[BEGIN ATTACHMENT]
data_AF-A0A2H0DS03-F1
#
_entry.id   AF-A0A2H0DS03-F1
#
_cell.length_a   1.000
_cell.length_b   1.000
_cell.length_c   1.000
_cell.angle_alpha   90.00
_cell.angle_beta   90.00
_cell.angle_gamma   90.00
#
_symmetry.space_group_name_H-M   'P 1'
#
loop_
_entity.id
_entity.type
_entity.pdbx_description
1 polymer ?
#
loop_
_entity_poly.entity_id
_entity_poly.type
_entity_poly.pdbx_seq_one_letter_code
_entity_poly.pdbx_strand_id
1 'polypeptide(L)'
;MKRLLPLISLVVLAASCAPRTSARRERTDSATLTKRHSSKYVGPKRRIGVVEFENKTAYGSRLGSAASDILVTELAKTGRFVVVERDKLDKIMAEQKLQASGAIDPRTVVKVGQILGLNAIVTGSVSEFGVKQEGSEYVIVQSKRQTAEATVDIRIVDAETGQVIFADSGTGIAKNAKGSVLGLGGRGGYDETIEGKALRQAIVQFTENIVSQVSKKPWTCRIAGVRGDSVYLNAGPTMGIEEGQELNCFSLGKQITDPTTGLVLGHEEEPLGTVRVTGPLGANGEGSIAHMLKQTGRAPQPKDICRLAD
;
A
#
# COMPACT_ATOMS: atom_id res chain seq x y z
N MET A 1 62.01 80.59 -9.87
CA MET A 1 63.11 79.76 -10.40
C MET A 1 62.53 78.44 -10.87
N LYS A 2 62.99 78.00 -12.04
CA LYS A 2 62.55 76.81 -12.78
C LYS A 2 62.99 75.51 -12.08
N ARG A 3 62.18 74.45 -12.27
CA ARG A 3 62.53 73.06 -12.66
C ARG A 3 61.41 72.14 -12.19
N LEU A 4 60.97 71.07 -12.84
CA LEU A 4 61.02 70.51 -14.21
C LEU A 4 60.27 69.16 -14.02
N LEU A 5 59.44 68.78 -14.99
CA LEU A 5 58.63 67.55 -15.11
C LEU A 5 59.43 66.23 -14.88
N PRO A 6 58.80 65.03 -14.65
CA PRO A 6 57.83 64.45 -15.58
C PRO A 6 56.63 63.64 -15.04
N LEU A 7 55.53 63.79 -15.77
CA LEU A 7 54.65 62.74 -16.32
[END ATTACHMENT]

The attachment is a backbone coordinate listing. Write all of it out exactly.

data_AF-A0A2H0DS03-F1
#
_entry.id   AF-A0A2H0DS03-F1
#
_cell.length_a   1.000
_cell.length_b   1.000
_cell.length_c   1.000
_cell.angle_alpha   90.00
_cell.angle_beta   90.00
_cell.angle_gamma   90.00
#
_symmetry.space_group_name_H-M   'P 1'
#
loop_
_entity.id
_entity.type
_entity.pdbx_description
1 polymer ?
#
loop_
_entity_poly.entity_id
_entity_poly.type
_entity_poly.pdbx_seq_one_letter_code
_entity_poly.pdbx_strand_id
1 'polypeptide(L)'
;MKRLLPLISLVVLAASCAPRTSARRERTDSATLTKRHSSKYVGPKRRIGVVEFENKTAYGSRLGSAASDILVTELAKTGRFVVVERDKLDKIMAEQKLQASGAIDPRTVVKVGQILGLNAIVTGSVSEFGVKQEGSEYVIVQSKRQTAEATVDIRIVDAETGQVIFADSGTGIAKNAKGSVLGLGGRGGYDETIEGKALRQAIVQFTENIVSQVSKKPWTCRIAGVRGDSVYLNAGPTMGIEEGQELNCFSLGKQITDPTTGLVLGHEEEPLGTVRVTGPLGANGEGSIAHMLKQTGRAPQPKDICRLAD
;
A
#
# COMPACT_ATOMS: atom_id res chain seq x y z
N MET A 1 62.01 80.59 -9.87
CA MET A 1 63.11 79.76 -10.40
C MET A 1 62.53 78.44 -10.87
N LYS A 2 62.99 78.00 -12.04
CA LYS A 2 62.55 76.81 -12.78
C LYS A 2 62.99 75.51 -12.08
N ARG A 3 62.18 74.45 -12.27
CA ARG A 3 62.53 73.06 -12.66
C ARG A 3 61.41 72.14 -12.19
N LEU A 4 60.97 71.07 -12.84
CA LEU A 4 61.02 70.51 -14.21
C LEU A 4 60.27 69.16 -14.02
N LEU A 5 59.44 68.78 -14.99
CA LEU A 5 58.63 67.55 -15.11
C LEU A 5 59.43 66.23 -14.88
N PRO A 6 58.80 65.03 -14.65
CA PRO A 6 57.83 64.45 -15.58
C PRO A 6 56.63 63.64 -15.04
N LEU A 7 55.53 63.79 -15.77
CA LEU A 7 54.65 62.74 -16.32